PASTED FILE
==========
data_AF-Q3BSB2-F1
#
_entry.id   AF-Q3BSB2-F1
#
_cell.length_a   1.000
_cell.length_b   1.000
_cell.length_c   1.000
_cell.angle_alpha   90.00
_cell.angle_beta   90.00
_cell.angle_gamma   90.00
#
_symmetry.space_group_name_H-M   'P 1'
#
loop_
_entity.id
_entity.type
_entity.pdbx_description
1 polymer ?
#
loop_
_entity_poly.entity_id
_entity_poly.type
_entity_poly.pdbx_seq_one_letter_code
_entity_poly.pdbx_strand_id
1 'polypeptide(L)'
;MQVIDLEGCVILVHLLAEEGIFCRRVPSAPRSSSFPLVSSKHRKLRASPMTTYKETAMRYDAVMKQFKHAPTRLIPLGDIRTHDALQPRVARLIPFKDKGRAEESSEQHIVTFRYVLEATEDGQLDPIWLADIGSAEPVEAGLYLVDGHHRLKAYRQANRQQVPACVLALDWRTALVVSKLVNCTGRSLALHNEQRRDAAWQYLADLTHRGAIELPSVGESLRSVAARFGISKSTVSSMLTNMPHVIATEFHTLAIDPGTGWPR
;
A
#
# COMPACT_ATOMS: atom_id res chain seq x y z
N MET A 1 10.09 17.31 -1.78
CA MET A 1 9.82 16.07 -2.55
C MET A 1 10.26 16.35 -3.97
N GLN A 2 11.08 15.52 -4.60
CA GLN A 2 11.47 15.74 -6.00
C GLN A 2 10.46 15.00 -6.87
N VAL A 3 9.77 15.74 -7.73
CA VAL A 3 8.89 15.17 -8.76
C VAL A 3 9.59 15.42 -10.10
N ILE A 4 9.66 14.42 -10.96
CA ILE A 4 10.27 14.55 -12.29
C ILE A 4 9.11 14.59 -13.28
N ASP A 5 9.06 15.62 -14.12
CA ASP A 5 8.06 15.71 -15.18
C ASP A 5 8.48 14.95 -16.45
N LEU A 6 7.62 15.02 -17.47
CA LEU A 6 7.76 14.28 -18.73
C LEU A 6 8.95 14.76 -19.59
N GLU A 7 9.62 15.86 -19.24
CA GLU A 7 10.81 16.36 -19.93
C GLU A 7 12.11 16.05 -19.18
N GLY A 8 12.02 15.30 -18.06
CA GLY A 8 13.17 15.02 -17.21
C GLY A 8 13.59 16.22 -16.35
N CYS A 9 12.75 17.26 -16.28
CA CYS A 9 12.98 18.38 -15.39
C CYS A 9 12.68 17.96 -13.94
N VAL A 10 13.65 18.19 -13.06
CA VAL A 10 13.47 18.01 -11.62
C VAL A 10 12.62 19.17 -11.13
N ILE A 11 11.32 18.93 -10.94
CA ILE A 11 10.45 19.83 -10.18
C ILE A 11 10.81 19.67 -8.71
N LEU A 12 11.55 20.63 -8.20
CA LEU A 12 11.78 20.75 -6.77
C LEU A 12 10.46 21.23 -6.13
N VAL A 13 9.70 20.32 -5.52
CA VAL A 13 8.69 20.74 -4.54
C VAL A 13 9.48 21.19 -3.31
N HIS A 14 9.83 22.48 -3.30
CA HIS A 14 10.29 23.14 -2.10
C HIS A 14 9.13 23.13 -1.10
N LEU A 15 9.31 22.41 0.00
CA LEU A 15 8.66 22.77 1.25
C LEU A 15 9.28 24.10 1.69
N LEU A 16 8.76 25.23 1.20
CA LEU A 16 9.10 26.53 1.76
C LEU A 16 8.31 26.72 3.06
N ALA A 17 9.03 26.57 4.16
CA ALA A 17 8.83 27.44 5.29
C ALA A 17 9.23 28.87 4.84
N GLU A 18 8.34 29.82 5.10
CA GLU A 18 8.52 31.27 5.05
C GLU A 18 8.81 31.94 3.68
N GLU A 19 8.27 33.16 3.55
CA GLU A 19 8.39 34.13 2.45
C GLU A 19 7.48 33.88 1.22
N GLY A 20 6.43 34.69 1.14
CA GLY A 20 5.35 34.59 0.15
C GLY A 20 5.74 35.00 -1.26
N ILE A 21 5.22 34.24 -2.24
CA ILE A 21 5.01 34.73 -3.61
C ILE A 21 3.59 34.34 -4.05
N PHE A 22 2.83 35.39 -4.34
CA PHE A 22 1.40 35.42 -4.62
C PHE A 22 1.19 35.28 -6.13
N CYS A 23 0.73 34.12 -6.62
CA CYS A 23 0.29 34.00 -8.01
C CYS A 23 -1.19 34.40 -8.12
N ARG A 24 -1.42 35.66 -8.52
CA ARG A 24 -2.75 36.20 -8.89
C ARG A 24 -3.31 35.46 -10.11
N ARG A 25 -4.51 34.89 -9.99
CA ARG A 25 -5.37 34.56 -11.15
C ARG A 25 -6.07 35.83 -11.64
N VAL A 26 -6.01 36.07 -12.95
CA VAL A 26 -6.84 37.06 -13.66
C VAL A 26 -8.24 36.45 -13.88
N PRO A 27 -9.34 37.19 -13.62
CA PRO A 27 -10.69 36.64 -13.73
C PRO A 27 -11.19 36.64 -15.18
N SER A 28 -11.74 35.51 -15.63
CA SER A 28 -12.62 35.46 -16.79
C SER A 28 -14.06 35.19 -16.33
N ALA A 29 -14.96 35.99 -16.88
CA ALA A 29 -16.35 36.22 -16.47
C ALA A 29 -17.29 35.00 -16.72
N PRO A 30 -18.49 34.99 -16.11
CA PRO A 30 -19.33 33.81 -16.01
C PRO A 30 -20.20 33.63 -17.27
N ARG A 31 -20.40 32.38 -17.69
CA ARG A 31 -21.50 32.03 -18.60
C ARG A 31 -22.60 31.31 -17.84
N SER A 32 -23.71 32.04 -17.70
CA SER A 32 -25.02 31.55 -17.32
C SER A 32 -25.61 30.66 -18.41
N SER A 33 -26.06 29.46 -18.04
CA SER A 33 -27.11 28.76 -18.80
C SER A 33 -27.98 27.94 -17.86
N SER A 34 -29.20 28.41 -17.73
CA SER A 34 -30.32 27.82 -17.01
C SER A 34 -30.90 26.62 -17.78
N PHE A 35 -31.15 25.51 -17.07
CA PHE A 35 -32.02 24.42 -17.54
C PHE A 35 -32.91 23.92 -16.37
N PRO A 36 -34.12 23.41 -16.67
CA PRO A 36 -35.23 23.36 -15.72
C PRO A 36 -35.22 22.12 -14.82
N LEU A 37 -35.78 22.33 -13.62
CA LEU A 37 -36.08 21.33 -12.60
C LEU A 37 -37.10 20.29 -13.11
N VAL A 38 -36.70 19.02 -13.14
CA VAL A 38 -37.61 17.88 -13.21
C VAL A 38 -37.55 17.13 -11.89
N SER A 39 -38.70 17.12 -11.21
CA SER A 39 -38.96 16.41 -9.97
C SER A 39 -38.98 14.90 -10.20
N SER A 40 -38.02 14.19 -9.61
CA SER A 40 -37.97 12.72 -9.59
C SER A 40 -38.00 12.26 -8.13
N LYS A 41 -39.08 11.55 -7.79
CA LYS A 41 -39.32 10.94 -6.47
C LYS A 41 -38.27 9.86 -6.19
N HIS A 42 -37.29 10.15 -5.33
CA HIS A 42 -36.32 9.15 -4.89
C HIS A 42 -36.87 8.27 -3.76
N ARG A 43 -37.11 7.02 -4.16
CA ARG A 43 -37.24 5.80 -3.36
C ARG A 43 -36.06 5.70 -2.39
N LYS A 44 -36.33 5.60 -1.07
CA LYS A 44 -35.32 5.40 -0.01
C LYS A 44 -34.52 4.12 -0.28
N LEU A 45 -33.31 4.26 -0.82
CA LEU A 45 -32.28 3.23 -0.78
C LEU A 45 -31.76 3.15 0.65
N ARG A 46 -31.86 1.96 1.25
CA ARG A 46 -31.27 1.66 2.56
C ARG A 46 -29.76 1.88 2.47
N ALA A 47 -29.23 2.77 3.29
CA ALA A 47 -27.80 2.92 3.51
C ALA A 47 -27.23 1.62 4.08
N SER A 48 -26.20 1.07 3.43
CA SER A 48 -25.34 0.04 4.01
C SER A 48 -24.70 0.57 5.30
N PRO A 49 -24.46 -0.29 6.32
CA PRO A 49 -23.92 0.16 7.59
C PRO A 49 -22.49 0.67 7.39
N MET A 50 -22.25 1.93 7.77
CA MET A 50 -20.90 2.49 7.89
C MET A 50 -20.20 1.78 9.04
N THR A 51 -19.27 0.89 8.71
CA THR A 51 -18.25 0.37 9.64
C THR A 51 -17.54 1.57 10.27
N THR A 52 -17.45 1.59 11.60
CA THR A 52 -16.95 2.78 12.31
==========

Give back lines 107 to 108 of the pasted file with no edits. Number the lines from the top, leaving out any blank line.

CA VAL A 26 -6.84 37.06 -13.66
C VAL A 26 -8.24 36.45 -13.88